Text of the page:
Die Macht der Musik
The Van Abbemuseum Collection consists of over 2800 artworks. We publish texts and images on an ongoing basis, but this record is currently in the process of being documented.
There are two figures in Oskar Kokoschka’s painting 'The Power of Music'. To the left, a woman holding a lilac flower in her hand is blowing on a trumpet-like instrument; to the right, a boy, who is crouching down with his arms over his head, is turning away from her. In the distance there is an animal walking away. The boy is painted in warm colours: red, orange and yellow, while the woman is mainly painted in green and a chilly greenish yellow. The environment consists mainly of dark, predominantly blue fields of colour. The paint is applied thickly with rough brushstrokes in all sorts of directions.
As a result of his experiences on the front during the First World War and during a turbulent love affair with Alma Mahler between 1912 and 1915 Kokoschka had become physically and psychologically damaged. He expressed his turbulent emotions in 'The Power of Music'. The subject is the conflict between the sexes in which the woman puts a spell on the man just as in Kokoschka’s own personal life, and drives him to despair. At first he called this work 'Weakness and Strength', but when it was finished he changed the title. The way in which Kokoschka designed his work is directly related to the content. The position of the figures reflects his emotions. The boy is hemmed in, in the bottom right corner. The woman’s head is slightly pulled back as though she is withdrawing, but she stretches out her hand with the flower to the boy in an inviting gesture. The animal that is fleeing is a sort of echo of the boy’s withdrawal.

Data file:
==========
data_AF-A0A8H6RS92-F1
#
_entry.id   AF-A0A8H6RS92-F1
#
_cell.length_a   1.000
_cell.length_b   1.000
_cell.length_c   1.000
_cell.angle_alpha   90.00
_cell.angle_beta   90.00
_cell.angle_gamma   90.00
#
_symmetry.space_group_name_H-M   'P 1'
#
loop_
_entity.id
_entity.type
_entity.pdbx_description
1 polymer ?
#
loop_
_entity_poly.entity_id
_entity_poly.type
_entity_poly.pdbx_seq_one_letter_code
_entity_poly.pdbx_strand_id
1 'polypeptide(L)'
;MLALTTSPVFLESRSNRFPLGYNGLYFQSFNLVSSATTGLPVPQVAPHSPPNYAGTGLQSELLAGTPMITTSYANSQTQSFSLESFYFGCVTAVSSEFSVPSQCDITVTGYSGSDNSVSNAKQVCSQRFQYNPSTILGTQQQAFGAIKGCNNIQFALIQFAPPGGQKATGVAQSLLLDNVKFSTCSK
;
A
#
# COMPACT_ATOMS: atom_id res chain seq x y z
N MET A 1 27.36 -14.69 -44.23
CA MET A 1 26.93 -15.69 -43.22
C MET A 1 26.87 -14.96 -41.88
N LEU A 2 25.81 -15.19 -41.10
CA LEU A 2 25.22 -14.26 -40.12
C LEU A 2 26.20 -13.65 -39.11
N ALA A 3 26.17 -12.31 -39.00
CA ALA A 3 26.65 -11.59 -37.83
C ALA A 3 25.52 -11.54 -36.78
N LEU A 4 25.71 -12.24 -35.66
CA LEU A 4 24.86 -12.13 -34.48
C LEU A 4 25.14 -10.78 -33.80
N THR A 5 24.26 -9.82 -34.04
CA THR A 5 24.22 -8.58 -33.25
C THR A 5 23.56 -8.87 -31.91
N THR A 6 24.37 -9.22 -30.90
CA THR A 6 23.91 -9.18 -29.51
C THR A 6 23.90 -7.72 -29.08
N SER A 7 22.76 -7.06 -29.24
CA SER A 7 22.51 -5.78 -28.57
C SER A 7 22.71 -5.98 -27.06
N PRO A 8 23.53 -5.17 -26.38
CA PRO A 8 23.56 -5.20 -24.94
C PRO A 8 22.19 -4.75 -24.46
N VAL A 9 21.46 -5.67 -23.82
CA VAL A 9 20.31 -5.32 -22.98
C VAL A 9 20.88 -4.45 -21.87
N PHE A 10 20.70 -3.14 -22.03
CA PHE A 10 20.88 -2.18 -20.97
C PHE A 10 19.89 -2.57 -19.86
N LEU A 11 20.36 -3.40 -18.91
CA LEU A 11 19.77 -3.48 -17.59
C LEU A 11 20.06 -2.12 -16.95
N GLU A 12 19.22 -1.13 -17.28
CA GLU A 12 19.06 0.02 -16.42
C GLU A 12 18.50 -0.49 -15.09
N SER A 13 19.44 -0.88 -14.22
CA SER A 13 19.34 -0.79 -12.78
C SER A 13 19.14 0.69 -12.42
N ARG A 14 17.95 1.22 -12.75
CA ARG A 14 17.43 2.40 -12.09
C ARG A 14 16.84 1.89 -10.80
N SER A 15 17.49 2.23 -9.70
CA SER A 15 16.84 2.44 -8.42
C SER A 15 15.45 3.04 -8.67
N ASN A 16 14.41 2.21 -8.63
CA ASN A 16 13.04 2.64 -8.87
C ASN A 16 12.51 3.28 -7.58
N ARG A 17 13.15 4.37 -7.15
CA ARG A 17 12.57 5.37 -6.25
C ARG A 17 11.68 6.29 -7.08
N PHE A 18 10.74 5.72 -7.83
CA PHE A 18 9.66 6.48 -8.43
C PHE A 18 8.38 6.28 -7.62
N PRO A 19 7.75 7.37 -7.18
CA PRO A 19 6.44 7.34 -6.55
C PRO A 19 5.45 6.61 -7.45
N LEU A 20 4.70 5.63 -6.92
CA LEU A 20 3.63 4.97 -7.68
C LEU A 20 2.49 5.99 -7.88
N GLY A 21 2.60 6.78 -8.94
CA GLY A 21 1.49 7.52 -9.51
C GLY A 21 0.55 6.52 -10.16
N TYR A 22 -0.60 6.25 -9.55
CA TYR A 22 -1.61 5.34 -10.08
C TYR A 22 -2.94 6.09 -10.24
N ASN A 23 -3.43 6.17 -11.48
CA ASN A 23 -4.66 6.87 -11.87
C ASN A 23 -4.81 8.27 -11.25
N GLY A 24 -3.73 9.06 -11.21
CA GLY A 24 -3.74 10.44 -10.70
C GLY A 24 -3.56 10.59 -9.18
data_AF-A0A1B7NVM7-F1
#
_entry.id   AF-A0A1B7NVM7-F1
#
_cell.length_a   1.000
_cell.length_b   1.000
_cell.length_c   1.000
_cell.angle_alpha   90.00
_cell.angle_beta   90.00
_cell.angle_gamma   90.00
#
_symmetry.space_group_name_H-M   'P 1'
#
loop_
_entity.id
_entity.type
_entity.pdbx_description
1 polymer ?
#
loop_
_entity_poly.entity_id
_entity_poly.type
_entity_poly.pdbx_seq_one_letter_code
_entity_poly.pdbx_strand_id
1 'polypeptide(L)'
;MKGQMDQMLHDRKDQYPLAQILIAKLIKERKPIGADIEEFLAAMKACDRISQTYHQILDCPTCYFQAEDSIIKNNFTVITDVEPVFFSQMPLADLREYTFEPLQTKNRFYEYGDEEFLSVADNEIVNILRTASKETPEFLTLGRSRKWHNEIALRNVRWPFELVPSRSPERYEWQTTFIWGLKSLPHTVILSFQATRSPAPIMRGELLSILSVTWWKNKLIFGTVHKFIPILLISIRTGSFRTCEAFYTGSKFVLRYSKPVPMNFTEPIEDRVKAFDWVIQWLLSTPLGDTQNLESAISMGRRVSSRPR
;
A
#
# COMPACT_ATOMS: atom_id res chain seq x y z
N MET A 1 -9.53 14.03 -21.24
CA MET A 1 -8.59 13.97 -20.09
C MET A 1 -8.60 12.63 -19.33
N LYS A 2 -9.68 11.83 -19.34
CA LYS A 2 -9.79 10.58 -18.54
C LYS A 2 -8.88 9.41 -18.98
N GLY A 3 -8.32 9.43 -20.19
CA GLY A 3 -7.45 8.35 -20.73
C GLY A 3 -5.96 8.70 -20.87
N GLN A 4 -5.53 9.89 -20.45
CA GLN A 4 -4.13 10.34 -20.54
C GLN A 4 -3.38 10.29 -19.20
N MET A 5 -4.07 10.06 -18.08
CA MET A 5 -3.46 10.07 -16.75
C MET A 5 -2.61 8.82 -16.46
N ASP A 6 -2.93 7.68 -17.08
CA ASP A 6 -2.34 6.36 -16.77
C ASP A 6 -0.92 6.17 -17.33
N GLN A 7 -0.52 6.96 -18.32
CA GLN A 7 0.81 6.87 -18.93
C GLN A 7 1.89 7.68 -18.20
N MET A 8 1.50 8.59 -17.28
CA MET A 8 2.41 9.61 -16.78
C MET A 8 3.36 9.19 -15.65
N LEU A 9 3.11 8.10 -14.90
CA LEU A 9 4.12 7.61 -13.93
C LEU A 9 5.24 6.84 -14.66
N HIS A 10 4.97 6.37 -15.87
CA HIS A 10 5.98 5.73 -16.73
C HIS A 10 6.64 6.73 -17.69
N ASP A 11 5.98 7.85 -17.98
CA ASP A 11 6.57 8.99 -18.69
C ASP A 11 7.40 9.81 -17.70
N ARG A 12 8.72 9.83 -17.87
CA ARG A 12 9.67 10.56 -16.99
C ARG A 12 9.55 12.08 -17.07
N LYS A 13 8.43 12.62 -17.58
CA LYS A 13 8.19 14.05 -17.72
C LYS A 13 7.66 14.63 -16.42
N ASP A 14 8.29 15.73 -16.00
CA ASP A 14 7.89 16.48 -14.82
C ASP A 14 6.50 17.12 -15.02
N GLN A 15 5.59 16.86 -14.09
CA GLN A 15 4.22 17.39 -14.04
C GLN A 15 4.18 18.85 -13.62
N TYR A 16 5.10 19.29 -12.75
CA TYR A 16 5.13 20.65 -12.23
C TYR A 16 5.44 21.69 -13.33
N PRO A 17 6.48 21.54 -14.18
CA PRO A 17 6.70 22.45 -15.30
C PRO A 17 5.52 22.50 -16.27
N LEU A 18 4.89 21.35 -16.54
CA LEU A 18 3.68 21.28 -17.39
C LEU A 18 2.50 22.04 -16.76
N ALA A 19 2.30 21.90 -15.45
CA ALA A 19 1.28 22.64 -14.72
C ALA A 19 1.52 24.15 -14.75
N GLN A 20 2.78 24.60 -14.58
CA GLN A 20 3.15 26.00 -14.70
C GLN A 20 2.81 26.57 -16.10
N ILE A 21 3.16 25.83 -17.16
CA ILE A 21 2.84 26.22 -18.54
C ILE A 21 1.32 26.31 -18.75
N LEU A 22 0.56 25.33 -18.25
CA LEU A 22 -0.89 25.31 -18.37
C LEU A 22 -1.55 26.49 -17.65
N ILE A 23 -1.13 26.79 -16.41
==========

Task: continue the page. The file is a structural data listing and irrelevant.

The colours which Kokoschka used together in groups – warm and sultry for the boy, chilly for the woman, and dark and threatening in the background – directly determine the atmosphere of the painting. They were chosen more to reinforce the narrative than to depict a real situation. This personal choice of colour and the use of paint as a paste are characteristics of Expressionism. After the First World War, Kokoschka settled in Dresden where the group of Expressionist artists, “Die Brücke'”, was founded. Previously he had already seen the work of avant-garde artists such as Kandinsky, Chagall and Nolde in Berlin. Kokoschka developed his own personal style, but was influenced by this innovative art.
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